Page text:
Danish researchers have identified that weight gain and loss can result in different epigenetic markers in sperm, suggesting a possible explanation for why children of obese fathers are more prone to obesity themselves.
In the study, published in the journal Cell Metabolism, researchers from the University of Copenhagen analysed epigenetic markers in sperm obtained from ten obese men and 13 'lean' men. They found differences in the methylation status of more than 9000 genes, many of which are linked to appetite control, metabolism and brain development.
To investigate whether epigenetic signatures in sperm from obese men could be changed by weight loss, the researchers then analysed the sperm of six men about to undergo gastric bypass surgery, from samples provided before, one week and one year after the procedure.
The results showed that one week after surgery, the methylation status of 1509 genes had changed, suggesting that the epigenome of sperm can be rapidly altered. One year after surgery, 3910 genes were differentially methylated compared to before the operation.
'Our research could lead to changing behaviour, particularly pre-conception behaviour of the father,' says Professor Romain Barrès, senior author of the study from the University of Copenhagen. 'It's common knowledge that when a woman is pregnant she should take care of herself. But if the implication of our study holds true, then recommendations should be directed towards men, too.'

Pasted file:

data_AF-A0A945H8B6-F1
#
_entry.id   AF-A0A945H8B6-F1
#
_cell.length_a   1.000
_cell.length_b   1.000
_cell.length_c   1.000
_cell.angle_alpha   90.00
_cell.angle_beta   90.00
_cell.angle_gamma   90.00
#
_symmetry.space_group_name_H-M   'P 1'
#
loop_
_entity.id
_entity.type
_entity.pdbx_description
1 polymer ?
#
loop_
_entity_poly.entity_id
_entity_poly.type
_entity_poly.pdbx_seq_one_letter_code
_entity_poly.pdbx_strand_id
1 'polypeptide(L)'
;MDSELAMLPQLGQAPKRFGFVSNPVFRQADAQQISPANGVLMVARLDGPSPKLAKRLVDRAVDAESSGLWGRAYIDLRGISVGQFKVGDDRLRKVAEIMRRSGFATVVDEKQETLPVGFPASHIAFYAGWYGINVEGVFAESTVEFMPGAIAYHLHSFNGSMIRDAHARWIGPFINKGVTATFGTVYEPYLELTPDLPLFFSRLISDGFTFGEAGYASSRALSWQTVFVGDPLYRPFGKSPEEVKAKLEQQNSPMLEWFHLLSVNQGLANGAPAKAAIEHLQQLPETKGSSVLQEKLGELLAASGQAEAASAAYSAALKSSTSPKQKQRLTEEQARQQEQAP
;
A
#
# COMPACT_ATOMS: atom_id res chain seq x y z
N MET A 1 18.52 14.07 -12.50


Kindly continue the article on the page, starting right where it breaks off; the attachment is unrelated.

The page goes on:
The authors have not yet determined whether the epigenetic markers seen in sperm are passed on to offspring, however. The next step is to compare the sperm epigenome of obese fathers to the epigenomes of their children via blood tests.
Some scientists have cautioned against drawing firm conclusions from the findings, as the sample size is small and genetic differences between the men could account for the differences observed.
Professor Gilean McVean from the University of Oxford, who was not involved in the study, told Science that obese and lean men are likely to have different epigenetic patterns throughout the body and 'whether the sperm differences have any functional consequence for children is an entirely different matter.'
Professor Allan Pacey from the University of Sheffield said, 'Until we know more, would-be parents should just aim to be as healthy as possible at the time of conception and not be drawn to faddy diets or other activities in order to try and influence the health of their children in ways we don't properly understand.'